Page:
Sir Muir Russell
Sir Muir has a first class honours degree in Natural Philosophy from Glasgow University. He was Permanent Secretary to the Scottish Executive since its establishment in July 1999, following devolution. He joined The Scottish Office in 1970. He was Secretary of the Scottish Development Agency on its establishment in Glasgow in 1975, and was Principal Private Secretary to The Secretary of State for Scotland (then George Younger) from 1981 to 1983. He was seconded to the Cabinet Office in 1990. He was appointed Permanent Under Secretary of State at The Scottish Office in May 1998, following open competition.
In 2003, Sir Muir was appointed Principal of the University of Glasgow. During his term as Principal of the University he has served on the Boards of UCAS, USS and UUK, and has been the Convener of Universities Scotland. He was appointed as Chairman of the Judicial Appointments Board for Scotland in 2008. Sir Muir retired as Principal of the University of Glasgow in September 2009
He was elected as a fellow of the Royal Society of Edinburgh in 2000 and holds honorary degrees from the University of Strathclyde, the University of Glasgow and the University of Edinburgh. He became an Honorary Fellow of the Royal College of Physicians and Surgeons of Glasgow in 2005.
John and family farm in East Fife. Along with the arable crops, the farm breeds and feeds cattle and sheep: so animal health and welfare is a priority in daily work. John has been a member of Scottish Government's Animal Health and Welfare Stakeholders group since 2002. He is currently chair of QMS Beef and Lamb Farm Assurance Technical Advisory Committee. He is an Associate of the Royal Agricultural Societies. In his former life he completed an HND in Agriculture in Edinburgh and played for Howe of Fife RFC.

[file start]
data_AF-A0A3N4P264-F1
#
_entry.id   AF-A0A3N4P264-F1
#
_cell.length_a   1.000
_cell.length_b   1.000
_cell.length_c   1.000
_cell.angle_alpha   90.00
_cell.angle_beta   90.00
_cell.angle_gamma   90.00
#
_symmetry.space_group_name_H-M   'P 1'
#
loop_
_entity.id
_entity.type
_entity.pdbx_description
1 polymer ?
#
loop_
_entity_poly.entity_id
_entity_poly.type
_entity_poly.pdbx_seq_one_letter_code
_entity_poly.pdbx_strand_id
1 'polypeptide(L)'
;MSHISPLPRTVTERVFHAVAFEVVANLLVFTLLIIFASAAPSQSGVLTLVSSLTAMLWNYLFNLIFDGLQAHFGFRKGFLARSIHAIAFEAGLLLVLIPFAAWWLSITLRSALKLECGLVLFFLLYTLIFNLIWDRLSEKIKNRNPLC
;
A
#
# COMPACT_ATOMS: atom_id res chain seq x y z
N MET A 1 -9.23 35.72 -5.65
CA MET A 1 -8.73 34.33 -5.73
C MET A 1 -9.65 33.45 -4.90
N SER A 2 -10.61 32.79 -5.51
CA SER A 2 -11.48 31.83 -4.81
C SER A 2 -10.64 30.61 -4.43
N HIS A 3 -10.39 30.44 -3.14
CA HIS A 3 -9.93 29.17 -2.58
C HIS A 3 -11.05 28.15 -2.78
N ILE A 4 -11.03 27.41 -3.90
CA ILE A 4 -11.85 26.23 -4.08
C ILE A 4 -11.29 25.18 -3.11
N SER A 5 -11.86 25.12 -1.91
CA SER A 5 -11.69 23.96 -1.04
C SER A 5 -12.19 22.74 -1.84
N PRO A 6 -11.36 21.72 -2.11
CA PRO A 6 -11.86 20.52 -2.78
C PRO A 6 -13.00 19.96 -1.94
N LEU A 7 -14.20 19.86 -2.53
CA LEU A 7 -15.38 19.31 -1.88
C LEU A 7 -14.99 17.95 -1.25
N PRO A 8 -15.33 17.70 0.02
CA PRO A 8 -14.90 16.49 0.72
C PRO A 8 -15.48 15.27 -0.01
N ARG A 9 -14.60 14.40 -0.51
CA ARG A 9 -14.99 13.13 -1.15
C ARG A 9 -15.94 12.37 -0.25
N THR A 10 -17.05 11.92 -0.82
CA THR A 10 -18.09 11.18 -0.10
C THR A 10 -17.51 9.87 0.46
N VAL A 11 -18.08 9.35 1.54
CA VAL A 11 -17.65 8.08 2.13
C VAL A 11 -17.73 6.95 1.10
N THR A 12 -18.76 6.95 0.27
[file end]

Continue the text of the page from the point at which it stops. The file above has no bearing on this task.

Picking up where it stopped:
Professor Peter Holmes OBE, BVMS, PhD, DrHC, FRCVS, FRSE
Peter Holmes is a veterinary scientist and currently Emeritus Professor of Veterinary Physiology at the University of Glasgow. He is internationally recognised for his research of parasitic diseases of domestic animals. His research has been conducted in collaboration with a variety of research centres and universities in Europe and Africa. He qualified from the Glasgow Veterinary School in 1966. He remained at the University of Glasgow and was appointed Professor in 1982. From 1997 he served as Vice-Principal for 10 years. In his capacity as Vice-Principal (Research) he was responsible for the University’s research strategy and its close integration with knowledge transfer.
Professor Holmes was a board member of the Scottish Universities Funding Council for 8 years and chaired its Research and Knowledge Transfer Committee. In 2007 Professor Holmes was awarded an OBE for services to veterinary medicine and higher education and an honorary Fellowship of the Royal College of Veterinary Surgeons. He is a Fellow of the Royal Society of Edinburgh.
Professor Richard Elliott
Richard Elliott obtained his DPhil in Oxford in 1979, carried out postdoctoral work on influenza virus in New York, and then joined the Institute of Virology in Glasgow in 1981 to establish a research programme on bunyaviruses. He was awarded an MRC Senior Fellowship in 1986 and then appointed to a Personal Chair by Glasgow University in 1995. He served as Joint Head of the Division of Virology in Glasgow from 1998 until September 2005 when he moved to the University of St Andrews to take up the Chair of Virology, and then in March 2013 he moved back to Glasgow to take up the Bill Jarrett Chair of Infectious Diseases. He is internationally known for his work on bunyavirus molecular biology, including the development of reverse genetics systems. He is Chair of the ICTV Bunyaviridae Study Group and was Editor-in-Chief of the Journal of General Virology from 2007 to 2012. He was elected a Fellow of the Royal Society of Edinburgh in 1999.